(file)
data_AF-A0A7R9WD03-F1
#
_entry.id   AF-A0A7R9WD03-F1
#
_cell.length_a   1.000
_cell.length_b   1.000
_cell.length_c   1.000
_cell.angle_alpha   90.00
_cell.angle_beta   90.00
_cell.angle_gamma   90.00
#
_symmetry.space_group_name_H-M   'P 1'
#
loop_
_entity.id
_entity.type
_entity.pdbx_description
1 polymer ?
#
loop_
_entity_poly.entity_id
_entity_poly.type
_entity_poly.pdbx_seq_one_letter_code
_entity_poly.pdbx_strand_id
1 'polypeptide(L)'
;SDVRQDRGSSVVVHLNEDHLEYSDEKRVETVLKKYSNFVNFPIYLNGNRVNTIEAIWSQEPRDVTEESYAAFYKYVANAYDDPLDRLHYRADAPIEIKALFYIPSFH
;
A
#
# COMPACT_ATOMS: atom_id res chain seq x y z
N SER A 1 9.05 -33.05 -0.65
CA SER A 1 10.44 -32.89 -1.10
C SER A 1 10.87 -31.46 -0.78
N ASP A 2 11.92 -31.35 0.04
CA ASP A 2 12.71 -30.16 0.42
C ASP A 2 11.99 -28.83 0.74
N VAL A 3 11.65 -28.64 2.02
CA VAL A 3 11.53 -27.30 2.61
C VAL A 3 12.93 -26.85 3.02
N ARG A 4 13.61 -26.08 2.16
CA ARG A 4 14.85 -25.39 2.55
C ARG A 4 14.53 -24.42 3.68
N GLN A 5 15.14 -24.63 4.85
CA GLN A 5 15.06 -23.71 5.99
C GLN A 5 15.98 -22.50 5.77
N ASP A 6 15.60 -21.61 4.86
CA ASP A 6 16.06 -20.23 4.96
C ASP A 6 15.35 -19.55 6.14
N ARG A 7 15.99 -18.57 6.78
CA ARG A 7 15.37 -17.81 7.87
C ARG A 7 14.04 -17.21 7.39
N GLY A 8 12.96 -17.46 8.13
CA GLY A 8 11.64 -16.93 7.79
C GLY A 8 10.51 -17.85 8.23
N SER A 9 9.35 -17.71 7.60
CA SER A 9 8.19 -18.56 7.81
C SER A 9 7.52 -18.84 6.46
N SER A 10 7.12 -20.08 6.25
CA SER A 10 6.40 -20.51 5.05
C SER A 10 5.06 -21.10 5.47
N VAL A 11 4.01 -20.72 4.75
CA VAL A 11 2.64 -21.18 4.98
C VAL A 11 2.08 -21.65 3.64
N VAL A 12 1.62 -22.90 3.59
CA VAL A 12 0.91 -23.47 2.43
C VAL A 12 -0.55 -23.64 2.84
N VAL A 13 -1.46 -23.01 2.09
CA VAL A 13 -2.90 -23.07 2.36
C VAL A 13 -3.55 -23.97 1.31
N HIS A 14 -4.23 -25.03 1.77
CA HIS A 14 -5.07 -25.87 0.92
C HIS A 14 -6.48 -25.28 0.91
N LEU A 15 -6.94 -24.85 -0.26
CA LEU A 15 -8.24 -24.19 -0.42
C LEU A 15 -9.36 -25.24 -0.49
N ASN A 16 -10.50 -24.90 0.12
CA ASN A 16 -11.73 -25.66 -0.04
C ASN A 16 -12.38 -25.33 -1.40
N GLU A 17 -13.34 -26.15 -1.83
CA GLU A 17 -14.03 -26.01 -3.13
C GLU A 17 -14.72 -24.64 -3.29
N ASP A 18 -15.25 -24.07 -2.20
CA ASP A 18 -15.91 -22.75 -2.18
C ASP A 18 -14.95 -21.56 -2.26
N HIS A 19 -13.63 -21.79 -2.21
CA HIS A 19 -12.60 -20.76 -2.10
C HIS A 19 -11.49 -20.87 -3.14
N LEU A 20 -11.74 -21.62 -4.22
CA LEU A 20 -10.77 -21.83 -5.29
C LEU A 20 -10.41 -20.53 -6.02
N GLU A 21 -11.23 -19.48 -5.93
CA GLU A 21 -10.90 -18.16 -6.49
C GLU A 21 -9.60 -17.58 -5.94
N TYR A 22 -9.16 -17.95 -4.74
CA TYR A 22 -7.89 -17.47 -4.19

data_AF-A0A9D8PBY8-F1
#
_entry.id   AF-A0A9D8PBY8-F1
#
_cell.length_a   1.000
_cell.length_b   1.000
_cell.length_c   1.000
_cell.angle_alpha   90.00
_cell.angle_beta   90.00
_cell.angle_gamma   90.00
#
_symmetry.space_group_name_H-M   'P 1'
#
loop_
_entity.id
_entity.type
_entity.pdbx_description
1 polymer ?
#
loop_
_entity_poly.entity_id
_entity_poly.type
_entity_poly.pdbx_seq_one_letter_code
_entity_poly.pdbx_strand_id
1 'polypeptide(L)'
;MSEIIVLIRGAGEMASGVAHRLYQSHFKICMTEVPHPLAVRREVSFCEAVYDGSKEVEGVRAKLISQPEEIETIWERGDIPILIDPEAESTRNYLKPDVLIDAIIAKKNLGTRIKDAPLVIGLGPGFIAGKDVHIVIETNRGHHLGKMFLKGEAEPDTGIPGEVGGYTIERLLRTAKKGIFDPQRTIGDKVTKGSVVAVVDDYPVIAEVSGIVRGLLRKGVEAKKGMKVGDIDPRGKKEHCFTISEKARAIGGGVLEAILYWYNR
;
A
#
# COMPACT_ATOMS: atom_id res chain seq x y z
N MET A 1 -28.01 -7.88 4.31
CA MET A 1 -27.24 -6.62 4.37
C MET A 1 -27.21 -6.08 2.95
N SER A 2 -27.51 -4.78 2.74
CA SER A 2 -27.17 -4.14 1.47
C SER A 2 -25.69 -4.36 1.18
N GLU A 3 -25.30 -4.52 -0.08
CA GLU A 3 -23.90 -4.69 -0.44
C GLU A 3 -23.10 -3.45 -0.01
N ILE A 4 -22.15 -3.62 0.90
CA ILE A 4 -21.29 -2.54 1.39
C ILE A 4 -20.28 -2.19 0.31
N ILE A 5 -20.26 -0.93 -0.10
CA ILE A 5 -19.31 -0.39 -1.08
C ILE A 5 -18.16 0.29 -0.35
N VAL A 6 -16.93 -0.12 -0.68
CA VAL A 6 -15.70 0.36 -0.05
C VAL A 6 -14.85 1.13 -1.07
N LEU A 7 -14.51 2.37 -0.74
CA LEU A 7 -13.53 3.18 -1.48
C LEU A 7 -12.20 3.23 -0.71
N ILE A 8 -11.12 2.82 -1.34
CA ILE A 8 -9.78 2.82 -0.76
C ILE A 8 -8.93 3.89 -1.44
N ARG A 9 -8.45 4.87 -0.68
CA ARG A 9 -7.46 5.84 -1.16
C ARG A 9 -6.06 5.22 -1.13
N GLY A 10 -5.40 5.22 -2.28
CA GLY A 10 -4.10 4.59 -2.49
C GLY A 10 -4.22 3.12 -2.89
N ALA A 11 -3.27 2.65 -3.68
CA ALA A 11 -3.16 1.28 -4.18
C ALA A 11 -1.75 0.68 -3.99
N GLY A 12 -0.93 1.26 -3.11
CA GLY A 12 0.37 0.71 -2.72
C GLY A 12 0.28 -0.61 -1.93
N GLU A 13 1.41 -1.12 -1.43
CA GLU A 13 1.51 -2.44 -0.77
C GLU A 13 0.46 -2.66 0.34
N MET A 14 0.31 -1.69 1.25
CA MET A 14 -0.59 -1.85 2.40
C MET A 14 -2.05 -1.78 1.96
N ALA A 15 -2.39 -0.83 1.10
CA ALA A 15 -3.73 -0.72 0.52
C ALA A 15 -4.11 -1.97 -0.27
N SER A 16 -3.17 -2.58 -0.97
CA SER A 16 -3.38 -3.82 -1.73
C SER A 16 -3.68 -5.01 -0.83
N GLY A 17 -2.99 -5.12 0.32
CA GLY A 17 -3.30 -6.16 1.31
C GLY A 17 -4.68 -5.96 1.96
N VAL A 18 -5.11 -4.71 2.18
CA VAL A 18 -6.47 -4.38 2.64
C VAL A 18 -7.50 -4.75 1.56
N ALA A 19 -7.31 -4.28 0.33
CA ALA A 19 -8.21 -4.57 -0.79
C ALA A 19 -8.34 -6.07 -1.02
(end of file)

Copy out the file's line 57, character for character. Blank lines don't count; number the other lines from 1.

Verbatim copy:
C SER A 9 7.52 -18.84 6.46